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An excerpt from www.HouseOfNames.com archives copyright 2000 - 2016


The Scottish surname Montross is derived from the name of the town Montrose in Angus (formerly known as Forfarshire).The town has been immortalized in Scottish history as the location of John de Baliol's surrender of Scotland to Edward I in 1296. This territory came under the control of the Graham Clan, when Sir David de Graham settled in Angus during the reign of King William the Lion. The histories of Graham and Montrose have been linked ever since. Later, Grahams, were made the Earls of Montrose.

Montross Early Origins



The surname Montross was first found in Forfarshire part of the Tayside region of North Eastern Scotland, and present day Council Area of Angus, where a Henry de Monros, a chaplain, was on record when he witnessed charters by Gregory, bishop of Brechin in circa 1218-22. Mestre Matheu de Monros, a clerk of Perth, rendered homage to King Edward I of England in 1296.

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Montross Spelling Variations


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Montross Spelling Variations



Spelling variations of this family name include: Montross, Montrose, Monros and others.

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Montross Early History


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Montross Early History



This web page shows only a small excerpt of our Montross research. Another 169 words (12 lines of text) covering the years 1385, 1464, 1505, 1513, 1548, 1608, 1612, and 1650 are included under the topic Early Montross History in all our PDF Extended History products and printed products wherever possible.

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Montross Early Notables (pre 1700)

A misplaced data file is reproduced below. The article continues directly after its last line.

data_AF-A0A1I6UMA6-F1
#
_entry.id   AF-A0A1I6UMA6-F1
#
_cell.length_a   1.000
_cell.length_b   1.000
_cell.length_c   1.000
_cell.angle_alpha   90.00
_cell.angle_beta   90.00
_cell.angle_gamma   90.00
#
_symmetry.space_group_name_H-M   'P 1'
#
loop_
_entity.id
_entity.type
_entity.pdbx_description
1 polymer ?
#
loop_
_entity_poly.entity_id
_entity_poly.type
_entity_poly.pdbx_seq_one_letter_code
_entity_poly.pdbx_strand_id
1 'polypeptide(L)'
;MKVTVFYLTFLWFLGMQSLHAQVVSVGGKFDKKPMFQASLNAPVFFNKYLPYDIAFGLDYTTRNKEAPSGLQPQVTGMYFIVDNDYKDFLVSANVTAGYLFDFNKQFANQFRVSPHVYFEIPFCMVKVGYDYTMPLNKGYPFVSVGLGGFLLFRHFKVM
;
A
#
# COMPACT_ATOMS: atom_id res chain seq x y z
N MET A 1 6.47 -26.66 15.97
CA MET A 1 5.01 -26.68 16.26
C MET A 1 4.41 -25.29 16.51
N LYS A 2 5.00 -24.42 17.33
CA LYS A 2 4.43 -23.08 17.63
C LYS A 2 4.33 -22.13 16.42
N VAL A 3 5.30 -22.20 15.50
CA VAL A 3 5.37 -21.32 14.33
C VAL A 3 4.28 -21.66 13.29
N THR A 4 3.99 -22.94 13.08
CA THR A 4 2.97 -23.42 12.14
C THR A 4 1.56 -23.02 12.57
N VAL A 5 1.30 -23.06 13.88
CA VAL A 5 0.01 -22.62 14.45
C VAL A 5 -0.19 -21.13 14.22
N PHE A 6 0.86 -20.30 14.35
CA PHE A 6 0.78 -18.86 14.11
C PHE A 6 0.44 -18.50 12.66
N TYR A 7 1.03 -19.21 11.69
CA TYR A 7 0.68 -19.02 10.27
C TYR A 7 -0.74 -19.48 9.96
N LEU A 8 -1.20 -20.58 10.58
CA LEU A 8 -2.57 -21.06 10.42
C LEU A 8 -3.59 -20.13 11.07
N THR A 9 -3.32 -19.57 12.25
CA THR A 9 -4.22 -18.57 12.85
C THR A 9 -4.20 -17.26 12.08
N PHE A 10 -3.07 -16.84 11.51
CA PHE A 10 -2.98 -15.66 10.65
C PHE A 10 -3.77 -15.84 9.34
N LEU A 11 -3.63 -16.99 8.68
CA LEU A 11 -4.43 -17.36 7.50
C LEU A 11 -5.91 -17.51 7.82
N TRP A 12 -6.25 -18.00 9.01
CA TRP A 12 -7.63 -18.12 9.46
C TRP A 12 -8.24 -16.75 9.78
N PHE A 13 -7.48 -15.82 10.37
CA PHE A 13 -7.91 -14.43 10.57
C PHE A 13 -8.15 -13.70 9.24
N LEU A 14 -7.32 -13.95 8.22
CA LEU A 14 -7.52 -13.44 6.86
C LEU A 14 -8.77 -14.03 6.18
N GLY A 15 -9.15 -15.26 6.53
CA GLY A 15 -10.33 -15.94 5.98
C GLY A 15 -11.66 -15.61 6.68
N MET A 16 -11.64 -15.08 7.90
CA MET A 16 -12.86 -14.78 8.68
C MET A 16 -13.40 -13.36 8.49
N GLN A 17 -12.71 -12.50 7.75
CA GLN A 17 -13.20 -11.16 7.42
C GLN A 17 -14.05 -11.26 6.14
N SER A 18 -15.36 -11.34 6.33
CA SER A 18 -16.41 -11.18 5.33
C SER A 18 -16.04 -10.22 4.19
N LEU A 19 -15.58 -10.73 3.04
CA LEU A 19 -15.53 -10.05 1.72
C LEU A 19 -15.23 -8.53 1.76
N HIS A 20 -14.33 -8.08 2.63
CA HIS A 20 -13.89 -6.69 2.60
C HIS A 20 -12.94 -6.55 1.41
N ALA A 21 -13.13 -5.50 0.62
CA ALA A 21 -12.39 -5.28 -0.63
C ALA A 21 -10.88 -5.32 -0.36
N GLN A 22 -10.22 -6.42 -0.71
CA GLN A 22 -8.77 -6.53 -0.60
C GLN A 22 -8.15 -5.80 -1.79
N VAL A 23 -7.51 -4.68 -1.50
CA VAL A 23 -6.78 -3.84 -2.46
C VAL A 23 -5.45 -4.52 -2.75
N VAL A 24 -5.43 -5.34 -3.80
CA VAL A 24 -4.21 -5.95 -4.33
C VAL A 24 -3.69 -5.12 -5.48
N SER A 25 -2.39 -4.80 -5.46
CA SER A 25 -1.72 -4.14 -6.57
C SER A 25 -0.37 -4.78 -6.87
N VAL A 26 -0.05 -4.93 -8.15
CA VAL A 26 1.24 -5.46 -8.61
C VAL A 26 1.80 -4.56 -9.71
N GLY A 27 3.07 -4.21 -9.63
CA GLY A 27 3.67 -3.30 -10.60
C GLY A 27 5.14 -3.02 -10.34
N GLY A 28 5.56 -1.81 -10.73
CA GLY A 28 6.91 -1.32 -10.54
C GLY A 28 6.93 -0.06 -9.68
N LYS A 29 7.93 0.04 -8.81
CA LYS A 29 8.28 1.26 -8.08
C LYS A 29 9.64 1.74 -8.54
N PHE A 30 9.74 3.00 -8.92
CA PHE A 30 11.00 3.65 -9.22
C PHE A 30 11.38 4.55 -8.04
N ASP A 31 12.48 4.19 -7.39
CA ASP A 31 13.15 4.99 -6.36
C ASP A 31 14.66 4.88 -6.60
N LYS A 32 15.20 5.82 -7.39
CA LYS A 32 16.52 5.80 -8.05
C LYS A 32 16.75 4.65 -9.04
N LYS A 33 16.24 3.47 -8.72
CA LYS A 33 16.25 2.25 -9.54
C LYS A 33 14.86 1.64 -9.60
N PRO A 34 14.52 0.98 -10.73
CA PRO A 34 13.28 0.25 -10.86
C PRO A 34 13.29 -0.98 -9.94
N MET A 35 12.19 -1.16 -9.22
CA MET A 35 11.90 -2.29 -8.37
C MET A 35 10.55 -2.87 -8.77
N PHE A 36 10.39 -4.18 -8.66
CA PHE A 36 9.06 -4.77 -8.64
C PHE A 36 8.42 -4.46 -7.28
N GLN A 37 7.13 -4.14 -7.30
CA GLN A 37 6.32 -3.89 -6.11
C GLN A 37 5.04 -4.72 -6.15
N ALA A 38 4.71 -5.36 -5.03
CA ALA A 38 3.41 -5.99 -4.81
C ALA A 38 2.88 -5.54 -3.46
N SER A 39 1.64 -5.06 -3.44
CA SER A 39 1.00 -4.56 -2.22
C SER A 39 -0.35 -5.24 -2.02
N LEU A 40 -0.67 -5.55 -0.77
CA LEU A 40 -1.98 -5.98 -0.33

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Montross Early Notables (pre 1700)



Notable amongst the Clan from early times was William Graham, 4th Lord Graham (1464-1513), who became the Earl of Montrose in 1505. John Graham (1548-1608), 3rd Earl of Montrose was the Chancellor of the...

Another 34 words (2 lines of text) are included under the topic Early Montross Notables in all our PDF Extended History products and printed products wherever possible.

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Montross In Ireland


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Montross In Ireland



Some of the Montross family moved to Ireland, but this topic is not covered in this excerpt. Another 117 words (8 lines of text) about their life in Ireland is included in all our PDF Extended History products and printed products wherever possible.

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The Great Migration


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The Great Migration



Some of the first settlers of this family name were:

Montross Settlers in Canada in the 18th Century

  • Isaac Montross, who landed in Quebec in 1784
  • Mr. Peter Montross U.E. who settled in Home District [York County], Ontario c. 1784 he served in the Loyal American Regiment [1]CITATION[CLOSE]
    Rubincam, Milton. The Old United Empire Loyalists List. Genealogical Publishing Co., Inc, 1976. (Originally published as; United Empire Loyalists. The Centennial of the Settlement of Upper Canada. Rose Publishing Company, 1885.) ISBN 0-8063-0331-X